Great Oral Hygiene and Its Importance

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Eyes are known to be the window to the soul. Accordingly, the mouth would have to be the window to the body. That is why good oral hygiene plays an important role, in addition to seeing an in-network dentist.

Good oral hygiene protects against tooth decay and gum disease

Systemic diseases have their effects on the oral cavity. Diseases like diabetes and AIDS have often been discovered thanks to changes in a patient’s salivary glands or other changes that affect the oral cavity. The mouth contains many bacteria that cause tooth decay and gum disease, especially if the person does not have good oral hygiene.

One of these diseases is the periodontal disease. Periodontal disease is closely linked to systemic diseases such as bladder disease, heart attack, and bacterial pneumonia. In addition, it has been found that pregnant women with periodontal disease often give birth to underweight children.

Although it cannot be said with certainty, many researchers suspect a link between periodontal bacteria and those responsible for systemic diseases. However, the relationship they have with each other is hard to say. Whether the weakened immunity in HIV patients promotes the formation of periodontal disease, or whether the patient already has periodontal disease, is not clear. Similar considerations apply to other systemic diseases.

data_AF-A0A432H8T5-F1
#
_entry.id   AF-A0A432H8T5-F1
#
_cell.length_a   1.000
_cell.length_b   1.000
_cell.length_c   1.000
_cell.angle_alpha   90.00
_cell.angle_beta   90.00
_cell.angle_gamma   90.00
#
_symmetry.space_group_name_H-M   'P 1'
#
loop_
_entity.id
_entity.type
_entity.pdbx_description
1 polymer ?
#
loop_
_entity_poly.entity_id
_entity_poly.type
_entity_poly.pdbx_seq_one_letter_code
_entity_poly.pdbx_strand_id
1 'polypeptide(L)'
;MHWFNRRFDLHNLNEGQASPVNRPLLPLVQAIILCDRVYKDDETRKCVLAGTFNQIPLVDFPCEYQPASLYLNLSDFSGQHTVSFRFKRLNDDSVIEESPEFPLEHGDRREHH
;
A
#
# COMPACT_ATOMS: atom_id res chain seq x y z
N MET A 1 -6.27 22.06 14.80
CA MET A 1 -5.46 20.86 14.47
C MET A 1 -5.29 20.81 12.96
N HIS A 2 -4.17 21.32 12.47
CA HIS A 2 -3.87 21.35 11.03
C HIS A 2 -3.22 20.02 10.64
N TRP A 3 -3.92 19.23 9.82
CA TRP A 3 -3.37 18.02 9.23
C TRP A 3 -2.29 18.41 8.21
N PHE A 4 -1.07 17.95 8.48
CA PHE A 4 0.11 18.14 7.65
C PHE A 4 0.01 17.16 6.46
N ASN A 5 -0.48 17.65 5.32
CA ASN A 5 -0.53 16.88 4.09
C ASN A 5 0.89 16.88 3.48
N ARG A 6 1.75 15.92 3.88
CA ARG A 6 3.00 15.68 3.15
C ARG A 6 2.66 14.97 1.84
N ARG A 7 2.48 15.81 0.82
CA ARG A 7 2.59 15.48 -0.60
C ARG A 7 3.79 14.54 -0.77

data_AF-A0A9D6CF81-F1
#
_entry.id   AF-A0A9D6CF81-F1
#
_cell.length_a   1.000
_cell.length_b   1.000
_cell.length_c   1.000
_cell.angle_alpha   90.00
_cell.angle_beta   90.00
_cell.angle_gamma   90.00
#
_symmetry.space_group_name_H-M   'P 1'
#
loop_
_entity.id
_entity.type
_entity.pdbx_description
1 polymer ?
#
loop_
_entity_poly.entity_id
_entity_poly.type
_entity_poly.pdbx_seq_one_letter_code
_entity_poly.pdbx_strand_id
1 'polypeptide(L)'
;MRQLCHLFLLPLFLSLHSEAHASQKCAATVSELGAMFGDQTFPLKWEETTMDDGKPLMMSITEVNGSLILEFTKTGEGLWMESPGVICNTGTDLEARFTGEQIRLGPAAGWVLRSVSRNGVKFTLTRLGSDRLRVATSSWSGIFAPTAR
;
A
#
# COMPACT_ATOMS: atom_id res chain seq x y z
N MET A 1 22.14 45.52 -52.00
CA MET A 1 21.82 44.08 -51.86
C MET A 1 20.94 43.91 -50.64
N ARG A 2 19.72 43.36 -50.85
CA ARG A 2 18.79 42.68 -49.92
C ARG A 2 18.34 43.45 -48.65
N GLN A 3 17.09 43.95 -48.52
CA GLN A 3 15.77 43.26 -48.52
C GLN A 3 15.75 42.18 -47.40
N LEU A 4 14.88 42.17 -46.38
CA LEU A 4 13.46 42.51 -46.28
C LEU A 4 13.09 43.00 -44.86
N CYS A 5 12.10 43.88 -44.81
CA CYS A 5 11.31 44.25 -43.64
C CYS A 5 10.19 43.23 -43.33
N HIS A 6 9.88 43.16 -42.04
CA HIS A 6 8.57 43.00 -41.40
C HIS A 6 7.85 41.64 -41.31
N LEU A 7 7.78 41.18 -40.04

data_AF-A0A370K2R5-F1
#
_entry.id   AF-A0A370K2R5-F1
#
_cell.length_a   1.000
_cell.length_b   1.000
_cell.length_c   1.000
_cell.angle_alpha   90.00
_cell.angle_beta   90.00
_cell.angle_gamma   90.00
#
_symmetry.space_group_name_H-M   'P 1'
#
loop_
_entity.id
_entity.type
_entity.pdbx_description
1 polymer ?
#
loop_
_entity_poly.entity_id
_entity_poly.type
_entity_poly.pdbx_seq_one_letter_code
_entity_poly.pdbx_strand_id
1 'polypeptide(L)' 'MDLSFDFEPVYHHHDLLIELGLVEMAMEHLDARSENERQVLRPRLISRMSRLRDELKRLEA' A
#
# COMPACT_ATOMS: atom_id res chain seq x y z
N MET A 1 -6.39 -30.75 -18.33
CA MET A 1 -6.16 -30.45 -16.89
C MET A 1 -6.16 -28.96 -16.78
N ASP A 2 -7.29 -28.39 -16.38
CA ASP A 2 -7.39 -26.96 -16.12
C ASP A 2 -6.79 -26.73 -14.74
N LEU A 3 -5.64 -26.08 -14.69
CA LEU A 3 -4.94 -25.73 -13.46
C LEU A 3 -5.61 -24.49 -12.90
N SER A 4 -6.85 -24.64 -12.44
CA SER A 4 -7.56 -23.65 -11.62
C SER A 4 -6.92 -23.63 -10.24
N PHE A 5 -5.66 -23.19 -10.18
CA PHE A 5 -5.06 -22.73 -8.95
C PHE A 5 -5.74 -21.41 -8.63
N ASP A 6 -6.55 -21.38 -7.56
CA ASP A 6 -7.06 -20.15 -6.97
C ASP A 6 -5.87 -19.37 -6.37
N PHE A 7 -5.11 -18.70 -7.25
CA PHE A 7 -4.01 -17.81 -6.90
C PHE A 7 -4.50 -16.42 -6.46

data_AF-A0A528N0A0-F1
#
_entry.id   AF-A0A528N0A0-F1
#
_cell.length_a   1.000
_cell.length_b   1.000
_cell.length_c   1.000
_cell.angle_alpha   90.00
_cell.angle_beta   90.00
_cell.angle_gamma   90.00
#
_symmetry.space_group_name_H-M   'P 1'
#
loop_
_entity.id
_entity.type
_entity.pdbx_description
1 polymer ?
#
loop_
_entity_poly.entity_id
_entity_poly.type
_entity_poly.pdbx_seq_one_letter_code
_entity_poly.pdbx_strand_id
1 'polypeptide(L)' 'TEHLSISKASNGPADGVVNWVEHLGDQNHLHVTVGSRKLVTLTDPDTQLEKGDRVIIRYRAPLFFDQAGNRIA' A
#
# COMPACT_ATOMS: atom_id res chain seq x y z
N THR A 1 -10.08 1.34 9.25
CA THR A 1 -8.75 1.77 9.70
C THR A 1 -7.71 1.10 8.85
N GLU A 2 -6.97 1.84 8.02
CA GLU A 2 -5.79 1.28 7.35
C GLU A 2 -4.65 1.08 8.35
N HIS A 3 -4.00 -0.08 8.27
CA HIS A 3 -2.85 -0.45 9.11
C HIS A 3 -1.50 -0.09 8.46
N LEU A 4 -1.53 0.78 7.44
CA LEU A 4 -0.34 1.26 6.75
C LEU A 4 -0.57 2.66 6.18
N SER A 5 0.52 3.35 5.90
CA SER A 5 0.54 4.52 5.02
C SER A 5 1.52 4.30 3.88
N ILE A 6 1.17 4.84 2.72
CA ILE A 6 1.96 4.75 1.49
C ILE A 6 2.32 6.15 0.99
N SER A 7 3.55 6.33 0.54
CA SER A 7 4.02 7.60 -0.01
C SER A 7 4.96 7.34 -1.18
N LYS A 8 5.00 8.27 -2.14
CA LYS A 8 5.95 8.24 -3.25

Good oral hygiene is the alpha and omega

If society thinks that periodontal disease and the systemic diseases mentioned could have a certain connection, they would not be entirely wrong. It must be said that, just as diabetes and blood vessel diseases depend on the person’s diet, so can periodontal disease. This, by and large, means that what you eat is important to your overall health.

Visiting a dentist regularly for preventive examinations is a must. It is equally important for people to notice if their gums bleed when they brush and floss. Equally important is whether the gums are red or swollen or if they notice bad breath despite regular brushing. This may be a sign of infection or pulpitis.

The patient’s dental history must be expressed to the dentist and must contain information about the patient’s oral health along with information about possible systemic diseases.


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